The Discarded Knife

by Alan Colin Blunden

The Discarded Knife.

Well, he knew it was going to be a little strange, after having been out of circulation for so long. He was a complete newcomer to the virtual world of searching for a partner. But number 6 Laurel Crescent was becoming a lonely place, and he'd resolved to do something about it.

He had settled on a website called-'Eternal Bliss. com.

He liked their strap-line "'Lasting happiness, guaranteed for six months.'

On this occasion he had picked out a lady called Olga. They'd arranged, by e-mail, to meet up at a

'Starbucks Coffee Shop'; the one opposite the Globe theatre on The South bank.

It was years since he'd been into town, and he thought it would be a good opportunity to have a look around,and to take a walk across the Thames.

He got off the train at Blackfriars and strolled along until he arrived at the approach to the Millennium Bridge. He looked up at St. Paul's' and thought, hmm, a lot cleaner than the last time I was here.

As he crossed the river he mused, not exactly 'The silver streaming Thames'of poetic fame, more of a muddy swirl.

Nevertheless, it was an uplifting sight. With pleasure boats, tugs and commercial traffic busily plying their trade.

When he got to 'Starbuck's' he went in and ordered a coffee. He picked out a table for two, and sat down facing the road. After about ten minutes his date entered the restaurant. She was wearing short leather trousers, knee-length boots and a floral blouse with puffed sleeves. Her blonde hair was arranged in a long plait, which went down her back, as far as her waist.

She looked nervously round the room, until her eyes met his. He stood up. She came to his table, smiled and said, in a slight east European accent- "Hallo I'm Olga."

Great to meet you, I'm Peter. He extended his right arm, for the customary handshake.

She had a grip that could turn finger-bones to chalk dust. Trying hard not to show how much pain he was in, he said, in a squeaky voice-

What would you like to drink?

I'll have a coffee please."

He went to the counter and returned with the drinks; carrying them back to table on a tray, using his left hand. His right had not yet recovered from the handshake. When he sat down he turned to her and said-"good journey?"

"Yes thanks."

They chatted: mostly small talk. Hmm, she seems quite nice, he thought. Although, he was a little disconcerted when, during the conversation, she put an exploratory little finger deep into her left nostril.

He fully expected her to pull out a knotted string of coloured handkerchiefs, and wave them triumphantly in the air.

However, this did not happen. She simply picked up a serviette, wiped her finger with it, and threw it back on the table.

He soon found out she loved mountaineering and beer drinking competitions. And had a winner's medal for both, back at her flat in Tooting Bec.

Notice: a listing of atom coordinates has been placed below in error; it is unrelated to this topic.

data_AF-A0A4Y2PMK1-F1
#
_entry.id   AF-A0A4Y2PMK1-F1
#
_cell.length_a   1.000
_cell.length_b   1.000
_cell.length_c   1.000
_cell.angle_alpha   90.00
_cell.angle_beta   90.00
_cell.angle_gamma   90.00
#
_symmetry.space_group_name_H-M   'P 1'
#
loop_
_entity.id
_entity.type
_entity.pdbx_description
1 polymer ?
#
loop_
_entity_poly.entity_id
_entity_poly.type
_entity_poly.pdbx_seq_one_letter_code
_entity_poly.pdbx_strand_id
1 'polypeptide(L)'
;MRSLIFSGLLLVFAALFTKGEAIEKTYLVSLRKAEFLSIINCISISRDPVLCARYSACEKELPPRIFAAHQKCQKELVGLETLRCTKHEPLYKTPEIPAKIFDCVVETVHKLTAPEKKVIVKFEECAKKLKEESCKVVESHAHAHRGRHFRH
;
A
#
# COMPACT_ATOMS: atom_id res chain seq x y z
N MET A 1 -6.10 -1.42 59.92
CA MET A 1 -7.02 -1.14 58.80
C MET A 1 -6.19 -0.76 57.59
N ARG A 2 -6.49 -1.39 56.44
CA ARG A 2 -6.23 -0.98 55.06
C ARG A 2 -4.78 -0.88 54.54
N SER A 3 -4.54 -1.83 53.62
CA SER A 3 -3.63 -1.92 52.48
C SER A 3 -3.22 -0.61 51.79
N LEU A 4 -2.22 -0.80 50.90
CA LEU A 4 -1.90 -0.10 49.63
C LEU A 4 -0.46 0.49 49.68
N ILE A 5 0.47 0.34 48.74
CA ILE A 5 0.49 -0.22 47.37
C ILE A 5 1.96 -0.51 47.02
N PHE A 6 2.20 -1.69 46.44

They carried on conversing for another ten or fifteen minutes. But, at the end of it all, he decided they had little in common. So, after the exchange of phone numbers, and the usual insincere promises to call; they went their separate ways.

When he arrived back home, he saw the back of a policeman standing outside his front door. The P.C. was talking to the women who lived either side.

He heard the officer say-"Can I just check? You think it was a man, or possibly a well-built woman, sort of running away at a walking pace. And you think he, or she, was carrying something under their arm? Is that correct?"

"That's right," said number eight, and number four nodded in agreement.

Then one of them pointed over his shoulder at Peter.

"He's the man who lives here," she said.

"Good evening sir, glad you're here. These two ladies reported hearing what sounded like a gunshot, coming from your house. "Is your partner at home?"

"Huh"' said number four, just loud enough to make herself heard.

As if to say- why don't you tell him she left you for another woman?

He knew what she was thinking but he ignored her and told the P.C-"No, I live alone, except for my dog, that is."

His ex. and he had quarrelled bitterly over ownership of the pooch, but he had, at least, won that particular battle.

"Okay, perhaps we'd better have a look. Could you let me in?

"Of course."

He put his key in the lock, opened the door and the officer carefully pushed at it. "Better stay behind me, sir." He then entered the kitchen, found the light switch and peered round the room. "Nothing untoward here," he muttered.

He moved cautiously past the sink, and as he did, his foot made contact with the knife. He tore a strip from the kitchen roll, and used this to pick it up.

"No blood on it.," said the policeman. Peter looked at it and said- "that's not one of mine," and he pointed to the full knife-rack, on the working top.

He then called out 'Cuddles' 'Cuddles'.

"Beg you pardon, sir!" "Oh, that's the name of my poodle, he usually barks when he hears the front door key." This is very worrying."

"Ah", I see."

"Let's look in here, shall we?" he said, as they entered the living room.

"O.K."

"What's that door?

"That's my bedroom."

"You stay here then, and I'll investigate."

He opened the door slowly, and went in. There was a pause, then a muted 'woof.'

He entered the room, and was overjoyed to see the constable cradling 'Cuddles' in his arms.

"Your dog seems to be fine," said the officer. "However, there seems to have been a frenzied attack on your inflatable doll."

"Peter gazed in horror at the shredded remains of 'Mitzi',

"I think that explains the 'gunshot', don't you? Said the P.C. imitating a downward stabbing movement with his right hand. Peter nodded in agreement.

"Should I make out an official complaint, sir?"

"No, don't bother, I've got another one in the wardrobe," he said.

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